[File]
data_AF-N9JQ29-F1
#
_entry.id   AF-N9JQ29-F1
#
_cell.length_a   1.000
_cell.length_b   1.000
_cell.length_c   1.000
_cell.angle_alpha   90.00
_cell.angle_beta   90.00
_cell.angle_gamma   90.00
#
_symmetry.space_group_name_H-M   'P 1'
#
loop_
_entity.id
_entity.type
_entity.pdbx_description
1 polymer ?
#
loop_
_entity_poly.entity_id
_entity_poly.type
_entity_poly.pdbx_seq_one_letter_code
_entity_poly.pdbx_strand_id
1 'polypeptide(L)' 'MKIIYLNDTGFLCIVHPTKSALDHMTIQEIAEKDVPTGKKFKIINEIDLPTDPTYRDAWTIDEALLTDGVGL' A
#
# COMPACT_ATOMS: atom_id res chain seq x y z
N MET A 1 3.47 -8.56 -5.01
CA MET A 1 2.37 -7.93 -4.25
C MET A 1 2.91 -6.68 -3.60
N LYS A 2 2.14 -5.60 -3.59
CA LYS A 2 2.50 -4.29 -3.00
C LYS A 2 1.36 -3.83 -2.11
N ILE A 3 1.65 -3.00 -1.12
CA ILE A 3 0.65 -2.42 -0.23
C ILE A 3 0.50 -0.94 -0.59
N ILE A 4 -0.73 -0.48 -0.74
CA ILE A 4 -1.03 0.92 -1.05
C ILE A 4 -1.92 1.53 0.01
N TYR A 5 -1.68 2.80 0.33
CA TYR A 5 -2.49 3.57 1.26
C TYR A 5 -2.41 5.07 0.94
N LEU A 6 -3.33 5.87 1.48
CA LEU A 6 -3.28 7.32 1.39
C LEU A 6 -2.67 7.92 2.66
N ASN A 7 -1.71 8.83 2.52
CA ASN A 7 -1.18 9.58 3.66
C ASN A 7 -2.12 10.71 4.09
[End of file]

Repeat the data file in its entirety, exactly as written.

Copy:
data_AF-N9JQ29-F1
#
_entry.id   AF-N9JQ29-F1
#
_cell.length_a   1.000
_cell.length_b   1.000
_cell.length_c   1.000
_cell.angle_alpha   90.00
_cell.angle_beta   90.00
_cell.angle_gamma   90.00
#
_symmetry.space_group_name_H-M   'P 1'
#
loop_
_entity.id
_entity.type
_entity.pdbx_description
1 polymer ?
#
loop_
_entity_poly.entity_id
_entity_poly.type
_entity_poly.pdbx_seq_one_letter_code
_entity_poly.pdbx_strand_id
1 'polypeptide(L)' 'MKIIYLNDTGFLCIVHPTKSALDHMTIQEIAEKDVPTGKKFKIINEIDLPTDPTYRDAWTIDEALLTDGVGL' A
#
# COMPACT_ATOMS: atom_id res chain seq x y z
N MET A 1 3.47 -8.56 -5.01
CA MET A 1 2.37 -7.93 -4.25
C MET A 1 2.91 -6.68 -3.60
N LYS A 2 2.14 -5.60 -3.59
CA LYS A 2 2.50 -4.29 -3.00
C LYS A 2 1.36 -3.83 -2.11
N ILE A 3 1.65 -3.00 -1.12
CA ILE A 3 0.65 -2.42 -0.23
C ILE A 3 0.50 -0.94 -0.59
N ILE A 4 -0.73 -0.48 -0.74
CA ILE A 4 -1.03 0.92 -1.05
C ILE A 4 -1.92 1.53 0.01
N TYR A 5 -1.68 2.80 0.33
CA TYR A 5 -2.49 3.57 1.26
C TYR A 5 -2.41 5.07 0.94
N LEU A 6 -3.33 5.87 1.48
CA LEU A 6 -3.28 7.32 1.39
C LEU A 6 -2.67 7.92 2.66
N ASN A 7 -1.71 8.83 2.52
CA ASN A 7 -1.18 9.58 3.66
C ASN A 7 -2.12 10.71 4.09